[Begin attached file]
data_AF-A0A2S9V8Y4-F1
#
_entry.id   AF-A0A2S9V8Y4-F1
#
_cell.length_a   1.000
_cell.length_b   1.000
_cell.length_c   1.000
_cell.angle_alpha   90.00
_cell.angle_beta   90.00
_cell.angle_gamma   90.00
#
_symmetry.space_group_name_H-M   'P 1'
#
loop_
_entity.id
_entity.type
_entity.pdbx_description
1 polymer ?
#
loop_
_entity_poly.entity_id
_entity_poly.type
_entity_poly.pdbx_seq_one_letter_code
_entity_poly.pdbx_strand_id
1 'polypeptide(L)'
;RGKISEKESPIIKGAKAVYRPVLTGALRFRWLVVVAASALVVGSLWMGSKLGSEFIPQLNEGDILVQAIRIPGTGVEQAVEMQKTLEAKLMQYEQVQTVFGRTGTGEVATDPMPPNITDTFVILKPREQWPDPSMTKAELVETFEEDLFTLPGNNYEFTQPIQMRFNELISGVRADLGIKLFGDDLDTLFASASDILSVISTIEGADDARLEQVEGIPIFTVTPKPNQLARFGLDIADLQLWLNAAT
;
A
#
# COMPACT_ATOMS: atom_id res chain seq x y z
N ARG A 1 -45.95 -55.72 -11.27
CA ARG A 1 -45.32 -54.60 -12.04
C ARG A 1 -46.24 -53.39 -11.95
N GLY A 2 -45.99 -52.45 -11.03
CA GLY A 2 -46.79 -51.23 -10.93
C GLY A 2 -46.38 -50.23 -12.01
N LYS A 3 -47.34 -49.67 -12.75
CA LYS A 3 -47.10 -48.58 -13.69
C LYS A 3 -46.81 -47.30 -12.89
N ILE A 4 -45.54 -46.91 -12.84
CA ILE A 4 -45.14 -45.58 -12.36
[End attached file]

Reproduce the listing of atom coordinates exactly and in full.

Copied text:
data_AF-A0A2S9V8Y4-F1
#
_entry.id   AF-A0A2S9V8Y4-F1
#
_cell.length_a   1.000
_cell.length_b   1.000
_cell.length_c   1.000
_cell.angle_alpha   90.00
_cell.angle_beta   90.00
_cell.angle_gamma   90.00
#
_symmetry.space_group_name_H-M   'P 1'
#
loop_
_entity.id
_entity.type
_entity.pdbx_description
1 polymer ?
#
loop_
_entity_poly.entity_id
_entity_poly.type
_entity_poly.pdbx_seq_one_letter_code
_entity_poly.pdbx_strand_id
1 'polypeptide(L)'
;RGKISEKESPIIKGAKAVYRPVLTGALRFRWLVVVAASALVVGSLWMGSKLGSEFIPQLNEGDILVQAIRIPGTGVEQAVEMQKTLEAKLMQYEQVQTVFGRTGTGEVATDPMPPNITDTFVILKPREQWPDPSMTKAELVETFEEDLFTLPGNNYEFTQPIQMRFNELISGVRADLGIKLFGDDLDTLFASASDILSVISTIEGADDARLEQVEGIPIFTVTPKPNQLARFGLDIADLQLWLNAAT
;
A
#
# COMPACT_ATOMS: atom_id res chain seq x y z
N ARG A 1 -45.95 -55.72 -11.27
CA ARG A 1 -45.32 -54.60 -12.04
C ARG A 1 -46.24 -53.39 -11.95
N GLY A 2 -45.99 -52.45 -11.03
CA GLY A 2 -46.79 -51.23 -10.93
C GLY A 2 -46.38 -50.23 -12.01
N LYS A 3 -47.34 -49.67 -12.75
CA LYS A 3 -47.10 -48.58 -13.69
C LYS A 3 -46.81 -47.30 -12.89
N ILE A 4 -45.54 -46.91 -12.84
CA ILE A 4 -45.14 -45.58 -12.36